Rate this Article

Adoption Stage

Hello stranger!

You need to Register an InfoQ account or or login to post comments. But there's so much more behind being registered.

Get the most out of the InfoQ experience.

Tell us what you think

Allowed html: a,b,br,blockquote,i,li,pre,u,ul,p

Email me replies to any of my messages in this thread

What's really important by Rob Heittman

The label "REST" has become broadly applied -- fairly or unfairly -- to web APIs that depend on basic HTTP semantics, and are not expressed in a more complex protocol that abstracts away HTTP.

As a REST advocate and, as such things go, I suppose REST expert, I don't really engage in wars of pedantry with vendors over whether all their services are optimally modeled as resources. Amazon's API is reasonably resourceful. Where it is more imperative and RPC-styled, they've valued comprehension and implementability over resourceful purity. For sure, it can all be accessed from a basic HTTP client, without having to incorporate SOAP, Protobuf, JSON-RPC, or any other RPC protocol. Some Amazon APIs are more resource-oriented than others. Amazon's S3 API, for example, was covered as an example in Richardson & Ruby's seminal RESTful Web Services book.

If a web API requires a special protocol to work, it is harder to adopt broadly, and its behavior is likely to diverge from the intrinsic properties of the web. These certainly are not deal-breakers for every application that exposes an API. But if I were designing an API for any general purpose cloud computing provider, I'd probably stick to the HTTP basics. I'd have to deeply examine any perceived advantages of promoting an RPC-over-HTTP protocol or library, and be utterly convinced that it was worth the costs.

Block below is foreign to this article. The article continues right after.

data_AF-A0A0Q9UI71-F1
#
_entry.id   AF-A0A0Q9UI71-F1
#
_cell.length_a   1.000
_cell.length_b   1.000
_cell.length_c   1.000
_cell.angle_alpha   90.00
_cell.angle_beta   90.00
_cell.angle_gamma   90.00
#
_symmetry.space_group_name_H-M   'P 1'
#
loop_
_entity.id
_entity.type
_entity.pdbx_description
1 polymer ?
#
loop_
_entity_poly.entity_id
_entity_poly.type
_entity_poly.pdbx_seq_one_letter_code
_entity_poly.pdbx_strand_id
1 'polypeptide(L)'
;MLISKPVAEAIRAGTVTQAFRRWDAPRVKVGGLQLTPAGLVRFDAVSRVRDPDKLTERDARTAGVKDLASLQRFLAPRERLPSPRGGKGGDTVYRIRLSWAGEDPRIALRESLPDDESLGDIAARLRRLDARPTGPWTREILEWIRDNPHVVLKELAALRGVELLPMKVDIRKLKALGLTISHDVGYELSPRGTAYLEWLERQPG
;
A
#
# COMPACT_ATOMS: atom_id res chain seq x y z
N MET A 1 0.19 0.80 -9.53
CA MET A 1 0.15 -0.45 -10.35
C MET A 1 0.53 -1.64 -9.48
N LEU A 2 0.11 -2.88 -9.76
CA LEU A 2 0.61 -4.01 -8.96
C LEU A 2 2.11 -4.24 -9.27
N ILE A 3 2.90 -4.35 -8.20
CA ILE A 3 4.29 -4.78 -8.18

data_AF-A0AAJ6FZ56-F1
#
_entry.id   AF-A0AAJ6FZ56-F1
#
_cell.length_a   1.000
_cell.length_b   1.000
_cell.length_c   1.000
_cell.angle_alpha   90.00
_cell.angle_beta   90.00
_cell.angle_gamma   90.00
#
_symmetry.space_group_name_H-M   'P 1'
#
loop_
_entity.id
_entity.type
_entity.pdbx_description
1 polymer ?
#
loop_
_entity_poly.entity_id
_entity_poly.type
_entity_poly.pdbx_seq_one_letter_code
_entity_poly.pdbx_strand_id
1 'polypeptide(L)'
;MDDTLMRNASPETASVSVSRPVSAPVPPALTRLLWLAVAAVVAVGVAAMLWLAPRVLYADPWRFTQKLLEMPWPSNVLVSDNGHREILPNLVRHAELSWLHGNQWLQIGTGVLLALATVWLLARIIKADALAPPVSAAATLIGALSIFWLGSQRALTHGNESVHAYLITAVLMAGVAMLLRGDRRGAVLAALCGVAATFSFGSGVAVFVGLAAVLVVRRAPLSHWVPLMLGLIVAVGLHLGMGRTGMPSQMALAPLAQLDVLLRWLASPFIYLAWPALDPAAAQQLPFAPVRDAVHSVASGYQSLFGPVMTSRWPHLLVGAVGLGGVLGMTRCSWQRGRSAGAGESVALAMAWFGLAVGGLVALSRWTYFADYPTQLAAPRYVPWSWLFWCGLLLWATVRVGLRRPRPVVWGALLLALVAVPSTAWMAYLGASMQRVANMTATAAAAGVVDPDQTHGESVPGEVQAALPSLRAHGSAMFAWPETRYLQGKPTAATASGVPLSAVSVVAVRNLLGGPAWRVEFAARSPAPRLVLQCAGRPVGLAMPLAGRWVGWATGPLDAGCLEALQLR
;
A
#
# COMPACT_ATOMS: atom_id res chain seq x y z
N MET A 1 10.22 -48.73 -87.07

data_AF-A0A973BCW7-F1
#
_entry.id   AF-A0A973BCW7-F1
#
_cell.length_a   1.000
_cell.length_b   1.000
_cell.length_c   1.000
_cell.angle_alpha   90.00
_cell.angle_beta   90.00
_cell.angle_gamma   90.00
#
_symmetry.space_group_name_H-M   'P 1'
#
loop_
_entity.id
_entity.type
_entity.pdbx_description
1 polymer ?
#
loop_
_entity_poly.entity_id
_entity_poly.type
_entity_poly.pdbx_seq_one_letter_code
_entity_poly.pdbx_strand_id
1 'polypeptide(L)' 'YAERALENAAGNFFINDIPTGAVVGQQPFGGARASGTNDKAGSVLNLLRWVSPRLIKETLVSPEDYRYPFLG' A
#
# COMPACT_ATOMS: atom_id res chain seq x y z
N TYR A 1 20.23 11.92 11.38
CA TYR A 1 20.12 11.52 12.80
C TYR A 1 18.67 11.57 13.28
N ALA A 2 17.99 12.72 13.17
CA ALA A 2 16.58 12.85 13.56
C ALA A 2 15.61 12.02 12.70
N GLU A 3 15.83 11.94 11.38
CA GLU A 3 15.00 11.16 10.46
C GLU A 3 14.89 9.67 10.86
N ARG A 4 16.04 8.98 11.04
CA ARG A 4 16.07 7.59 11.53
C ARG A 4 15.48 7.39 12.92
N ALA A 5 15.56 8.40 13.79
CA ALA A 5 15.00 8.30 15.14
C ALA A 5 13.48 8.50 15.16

As a consumer, I feel comfortable instantly with any vendor who exposes a "REST" API (meaning "implemented in HTTP" regardless of the purity of their resource model), and instantly suspect of any cloud vendor who's going to force me into adopting some RPC library or, saints forbid, a vendor-supplied API in software. I don't see this changing in the foreseeable future.

REST and Mobile User Agents by Paul Hanke

... the following comment quoted by Mark got me to thinking: